I’ve nearly filled an old class notebook with ideas – some possibilities are detailed, others are just a line or two – and I’ve even reinstated my Google Keep in case a morsel of a story pops up in my brain while I don’t have my notebook with me. As the idea book helpfully advised me, I’m open to any and all ideas, even the ones that don’t feel “complete”. Apparently, the best ideas don’t come fully formed but are developed and polished over time.
about a miracle puppy named lany
A little over a month ago, I was happily walking one of our middle-aged pups, Nicki, resilient mother of the Puppy Trio, one morning when I noticed that she seemed very interested in my aunt’s red car. A couple of times, Nicki tried to burrow her way under the car though I kept leading her away from it. I didn’t think much of it at the time because I assumed that she just smelled a cat or something there.
Eventually, Nicki became especially determined to check out what was under the car, refusing to move no matter how much I tried to pull her leash. I crouched down to check out whatever was agitating her so. It took me a couple of seconds to realize that the white and lumpy shape that I was looking at was our other dog, Leni. Her white and brown tail was unmistakable. At first I was confused why she, a fairly big-ish dog, would sleep under such a low car and tried to get her to come out. She was a very affectionate dog and would insist on being petted even when we were petting other dogs. When I didn’t get so much as a stir or a tail wag… my hands went cold.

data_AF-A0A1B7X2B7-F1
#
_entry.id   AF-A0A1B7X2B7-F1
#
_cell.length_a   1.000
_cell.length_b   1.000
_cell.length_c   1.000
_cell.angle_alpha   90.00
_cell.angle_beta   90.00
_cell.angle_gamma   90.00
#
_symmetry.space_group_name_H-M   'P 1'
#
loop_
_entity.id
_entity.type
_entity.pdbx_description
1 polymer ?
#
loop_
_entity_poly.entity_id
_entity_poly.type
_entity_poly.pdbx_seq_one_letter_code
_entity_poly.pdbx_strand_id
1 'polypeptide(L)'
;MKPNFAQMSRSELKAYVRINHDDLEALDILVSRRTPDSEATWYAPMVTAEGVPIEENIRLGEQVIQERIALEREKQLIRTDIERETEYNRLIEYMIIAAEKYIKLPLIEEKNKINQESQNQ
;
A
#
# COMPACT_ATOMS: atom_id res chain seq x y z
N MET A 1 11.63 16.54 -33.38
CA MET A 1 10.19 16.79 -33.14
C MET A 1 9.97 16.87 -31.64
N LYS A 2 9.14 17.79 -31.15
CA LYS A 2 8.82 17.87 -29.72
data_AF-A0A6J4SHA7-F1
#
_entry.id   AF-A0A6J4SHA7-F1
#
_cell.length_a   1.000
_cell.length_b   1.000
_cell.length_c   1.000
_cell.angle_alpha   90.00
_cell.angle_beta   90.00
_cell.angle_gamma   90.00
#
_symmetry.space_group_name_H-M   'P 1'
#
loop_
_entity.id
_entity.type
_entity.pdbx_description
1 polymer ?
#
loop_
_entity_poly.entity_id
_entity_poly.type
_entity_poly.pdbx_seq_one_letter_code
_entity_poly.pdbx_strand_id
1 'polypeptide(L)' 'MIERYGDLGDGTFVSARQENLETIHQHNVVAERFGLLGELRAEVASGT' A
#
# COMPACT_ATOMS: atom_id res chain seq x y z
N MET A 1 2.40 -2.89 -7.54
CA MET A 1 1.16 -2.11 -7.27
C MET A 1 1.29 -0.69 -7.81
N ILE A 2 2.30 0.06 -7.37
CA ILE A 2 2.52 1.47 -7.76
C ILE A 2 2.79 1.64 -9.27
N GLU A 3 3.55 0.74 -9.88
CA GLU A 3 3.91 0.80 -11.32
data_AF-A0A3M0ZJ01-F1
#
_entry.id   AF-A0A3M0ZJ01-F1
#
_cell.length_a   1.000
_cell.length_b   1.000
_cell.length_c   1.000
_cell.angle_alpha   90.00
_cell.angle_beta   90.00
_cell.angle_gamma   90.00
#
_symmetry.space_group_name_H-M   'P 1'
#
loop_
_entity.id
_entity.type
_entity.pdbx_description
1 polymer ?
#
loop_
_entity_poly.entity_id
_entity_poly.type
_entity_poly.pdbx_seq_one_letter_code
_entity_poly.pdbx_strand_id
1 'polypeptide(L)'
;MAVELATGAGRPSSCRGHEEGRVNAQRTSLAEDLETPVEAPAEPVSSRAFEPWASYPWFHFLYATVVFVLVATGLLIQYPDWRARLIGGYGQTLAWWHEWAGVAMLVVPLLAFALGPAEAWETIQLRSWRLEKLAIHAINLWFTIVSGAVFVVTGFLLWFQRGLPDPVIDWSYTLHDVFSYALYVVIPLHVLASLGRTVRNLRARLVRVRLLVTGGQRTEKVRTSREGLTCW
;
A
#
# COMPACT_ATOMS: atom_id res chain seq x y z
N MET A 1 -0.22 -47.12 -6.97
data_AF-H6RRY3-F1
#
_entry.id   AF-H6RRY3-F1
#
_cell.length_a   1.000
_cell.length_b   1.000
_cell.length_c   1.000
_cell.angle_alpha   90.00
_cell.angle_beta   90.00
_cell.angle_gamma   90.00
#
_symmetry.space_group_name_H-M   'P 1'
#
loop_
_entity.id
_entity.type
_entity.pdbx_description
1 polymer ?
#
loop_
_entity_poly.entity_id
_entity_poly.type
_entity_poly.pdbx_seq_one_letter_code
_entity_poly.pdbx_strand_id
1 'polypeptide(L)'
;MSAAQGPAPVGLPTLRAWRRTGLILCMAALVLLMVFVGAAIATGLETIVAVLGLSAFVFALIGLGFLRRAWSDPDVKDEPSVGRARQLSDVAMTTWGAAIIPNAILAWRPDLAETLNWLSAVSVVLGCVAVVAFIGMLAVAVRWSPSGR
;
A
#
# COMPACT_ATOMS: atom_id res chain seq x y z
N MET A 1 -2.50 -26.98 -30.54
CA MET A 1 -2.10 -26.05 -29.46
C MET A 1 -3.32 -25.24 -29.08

Nicki was still trying to get to Leni and it became more and more obvious that something was wrong. I went to the other side of the car and peered down. Leni’s eyes were closed. Her neck at a wrong angle. I didn’t need to touch her nose to know that it was cold and dry. I won’t dwell too much on the harrowing details of her death but I will say that while we’re sure that our uncle probably didn’t mean to run her over, he probably didn’t try to avoid her either. Leni isn’t the first dog that he’s killed.
What was truly heartbreaking was that Leni had just gave birth to a healthy litter of puppies the night before. I could hear them crying for their mother in a nearby crevice Leni put them in. With their mother gone, the puppies – around ten total – had very little chance of survival.